Pre-movie Combat

My girlfriend and I enjoyed a rare outing last night to see a first-run movie. We arrived early enough to get good seats and settle in. Fifteen minutes before the concessions ads before the four previews before the movie we’d come to see, the screen and sound system fired up to show us a First Look. For those people smart enough to go to second-run theatres or watch their movies at home, First Look is a huge, flashy series of commercials. It advertises impending cultural and commercial detritus that the film and television industry thinks the present audience might be interested in. We were treated to trailers for 666 Park Avenue and yet another reimagingng of the rapidly tiring Spiderman story, an embarrassingly odd look at a Blue Lagoon remake for television, several car commercials, an insurance spot, and overly excited enticements for other miscellaneous products.

First Look is particularly annoying for two reasons. Sensorily speaking, the volume is downright rude. My girlfriend and I tried valiantly to share the events of our respective days, but First Look’s sound interrupted with the intensity and persistence of a supremely-caffeinated four-year old. Most annoying, however, was the financial reason. Nevermind the fact that we paid a total of $33.00 for two tickets, a water, and the smallest popcorn available. We nevertheless had to be subjected to a very loud barrage of things to consider spending more money on. I thought the primary incentive of paying for things like applications and television series was supposed to be the minimization of advertising. Instead, it felt like we had paid for the privilege of being begged to pay some more.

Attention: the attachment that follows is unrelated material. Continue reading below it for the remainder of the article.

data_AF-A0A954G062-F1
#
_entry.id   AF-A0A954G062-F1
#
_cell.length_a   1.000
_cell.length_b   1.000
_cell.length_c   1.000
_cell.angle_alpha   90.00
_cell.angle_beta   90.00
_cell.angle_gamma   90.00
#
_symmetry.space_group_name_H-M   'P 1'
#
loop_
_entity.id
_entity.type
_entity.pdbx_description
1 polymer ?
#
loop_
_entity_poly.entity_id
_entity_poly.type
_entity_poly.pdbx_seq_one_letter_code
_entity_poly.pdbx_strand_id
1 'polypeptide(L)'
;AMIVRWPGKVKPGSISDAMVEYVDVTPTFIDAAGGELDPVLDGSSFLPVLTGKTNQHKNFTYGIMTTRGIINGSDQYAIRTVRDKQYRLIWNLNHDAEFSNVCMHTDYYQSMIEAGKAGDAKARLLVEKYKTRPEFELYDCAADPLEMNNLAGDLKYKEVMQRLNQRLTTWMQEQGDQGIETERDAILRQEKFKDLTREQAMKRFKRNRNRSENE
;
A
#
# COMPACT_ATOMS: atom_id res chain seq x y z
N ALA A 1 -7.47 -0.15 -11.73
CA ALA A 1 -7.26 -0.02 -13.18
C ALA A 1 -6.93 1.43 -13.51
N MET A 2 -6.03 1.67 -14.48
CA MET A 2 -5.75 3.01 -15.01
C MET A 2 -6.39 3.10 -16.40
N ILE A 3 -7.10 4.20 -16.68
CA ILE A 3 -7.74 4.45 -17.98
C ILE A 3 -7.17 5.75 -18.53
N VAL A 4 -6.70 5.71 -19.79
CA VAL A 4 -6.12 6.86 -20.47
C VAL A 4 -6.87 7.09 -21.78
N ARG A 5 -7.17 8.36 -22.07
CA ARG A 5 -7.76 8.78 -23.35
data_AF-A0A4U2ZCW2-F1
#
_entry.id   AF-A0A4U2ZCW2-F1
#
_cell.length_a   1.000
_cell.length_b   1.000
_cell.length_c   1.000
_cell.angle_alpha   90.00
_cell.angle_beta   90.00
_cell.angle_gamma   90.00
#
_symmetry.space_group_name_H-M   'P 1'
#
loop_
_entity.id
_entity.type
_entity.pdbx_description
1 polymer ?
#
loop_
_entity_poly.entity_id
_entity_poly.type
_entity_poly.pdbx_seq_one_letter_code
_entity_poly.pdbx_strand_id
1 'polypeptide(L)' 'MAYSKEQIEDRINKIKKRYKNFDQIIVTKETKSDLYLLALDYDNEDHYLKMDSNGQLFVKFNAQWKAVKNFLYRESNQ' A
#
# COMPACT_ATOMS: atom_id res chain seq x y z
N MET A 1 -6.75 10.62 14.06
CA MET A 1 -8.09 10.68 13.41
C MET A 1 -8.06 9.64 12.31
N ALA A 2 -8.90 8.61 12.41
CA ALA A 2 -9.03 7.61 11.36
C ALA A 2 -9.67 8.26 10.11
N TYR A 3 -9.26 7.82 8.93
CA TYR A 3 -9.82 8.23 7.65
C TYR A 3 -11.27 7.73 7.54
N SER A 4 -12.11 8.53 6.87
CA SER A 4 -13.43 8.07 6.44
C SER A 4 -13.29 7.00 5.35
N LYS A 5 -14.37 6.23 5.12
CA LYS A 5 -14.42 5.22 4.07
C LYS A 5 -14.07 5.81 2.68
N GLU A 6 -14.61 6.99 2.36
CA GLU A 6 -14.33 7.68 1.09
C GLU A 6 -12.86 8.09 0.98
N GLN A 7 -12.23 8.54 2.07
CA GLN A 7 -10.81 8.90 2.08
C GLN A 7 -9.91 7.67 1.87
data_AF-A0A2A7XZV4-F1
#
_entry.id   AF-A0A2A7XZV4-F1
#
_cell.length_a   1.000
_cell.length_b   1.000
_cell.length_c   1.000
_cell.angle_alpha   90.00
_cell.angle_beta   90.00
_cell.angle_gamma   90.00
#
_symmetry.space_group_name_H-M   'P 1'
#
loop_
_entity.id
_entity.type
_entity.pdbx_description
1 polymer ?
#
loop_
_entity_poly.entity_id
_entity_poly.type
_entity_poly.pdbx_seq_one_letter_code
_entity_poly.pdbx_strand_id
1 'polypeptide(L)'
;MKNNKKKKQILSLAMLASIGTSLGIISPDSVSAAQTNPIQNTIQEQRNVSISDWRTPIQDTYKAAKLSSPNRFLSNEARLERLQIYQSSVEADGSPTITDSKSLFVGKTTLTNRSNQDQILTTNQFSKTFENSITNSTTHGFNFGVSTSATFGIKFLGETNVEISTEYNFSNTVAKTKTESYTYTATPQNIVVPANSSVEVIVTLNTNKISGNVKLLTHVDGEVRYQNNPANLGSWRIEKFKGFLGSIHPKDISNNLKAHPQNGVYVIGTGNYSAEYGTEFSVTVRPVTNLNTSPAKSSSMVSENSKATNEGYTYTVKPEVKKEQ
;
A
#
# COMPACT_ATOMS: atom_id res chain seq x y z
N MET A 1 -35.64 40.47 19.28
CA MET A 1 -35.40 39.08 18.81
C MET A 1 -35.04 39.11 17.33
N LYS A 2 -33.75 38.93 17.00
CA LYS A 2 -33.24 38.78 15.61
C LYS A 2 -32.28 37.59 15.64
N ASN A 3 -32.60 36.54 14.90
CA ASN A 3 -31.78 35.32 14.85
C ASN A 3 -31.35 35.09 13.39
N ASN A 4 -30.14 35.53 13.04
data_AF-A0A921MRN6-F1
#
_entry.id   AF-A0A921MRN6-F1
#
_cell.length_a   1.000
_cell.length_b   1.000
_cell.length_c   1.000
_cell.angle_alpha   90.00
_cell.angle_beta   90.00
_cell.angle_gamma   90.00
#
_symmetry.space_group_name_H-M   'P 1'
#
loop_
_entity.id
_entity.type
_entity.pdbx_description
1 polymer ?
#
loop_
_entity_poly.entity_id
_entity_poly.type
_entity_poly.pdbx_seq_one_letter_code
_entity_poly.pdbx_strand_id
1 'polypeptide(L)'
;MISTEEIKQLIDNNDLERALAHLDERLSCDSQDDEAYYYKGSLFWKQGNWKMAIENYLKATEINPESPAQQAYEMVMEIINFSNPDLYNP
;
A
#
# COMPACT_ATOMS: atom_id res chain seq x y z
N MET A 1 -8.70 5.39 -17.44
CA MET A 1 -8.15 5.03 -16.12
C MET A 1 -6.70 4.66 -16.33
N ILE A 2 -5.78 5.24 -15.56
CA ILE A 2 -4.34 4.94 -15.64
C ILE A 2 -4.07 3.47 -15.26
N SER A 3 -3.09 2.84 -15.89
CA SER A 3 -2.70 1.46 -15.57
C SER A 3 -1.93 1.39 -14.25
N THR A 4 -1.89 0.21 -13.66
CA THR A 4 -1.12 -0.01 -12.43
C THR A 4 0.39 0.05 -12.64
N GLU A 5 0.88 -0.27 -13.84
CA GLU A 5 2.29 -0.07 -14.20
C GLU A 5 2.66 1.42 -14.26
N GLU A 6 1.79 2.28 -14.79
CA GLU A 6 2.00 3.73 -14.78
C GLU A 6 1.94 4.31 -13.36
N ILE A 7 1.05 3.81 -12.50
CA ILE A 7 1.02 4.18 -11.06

So here is my idea for a new smartphone app called Boycott. When you’re at the movie theatre and First Look comes on, you turn Boycott on. Maybe if you buy your tickets with your phone, you could even tell Boycott at that point to turn on automatically later. In any event, the application uses listening identification technology similar to Soundhound or Shazam to figure out what First Look is trying to sell you. First Look is loud enough that Boycott shouldn’t have any trouble hearing, even if your phone is tucked away in your pocket. It stores the vendors as a list of items in a database. After the movie, as you stroll though the real world, Boycott uses GPS location services to know where you are and what’s around you, matching your movements against movie and television listings, and the current time. It persistently compares all of that data against the list of First Look offerings that have been stored. Then Boycott sends you urgent notifications when it thinks you are in jeopardy of consuming anything that First Look showed you. This application could alternately be called ‘Take That, Evil First Look, You Purveyor of Conspicuous Consumerism’ or ‘No Thanks I Already Paid’.

If you have the software engineering skills to make this idea a reality, please feel free. The only compensation I ask is a complimentary copy of Boycott, ad free of course.

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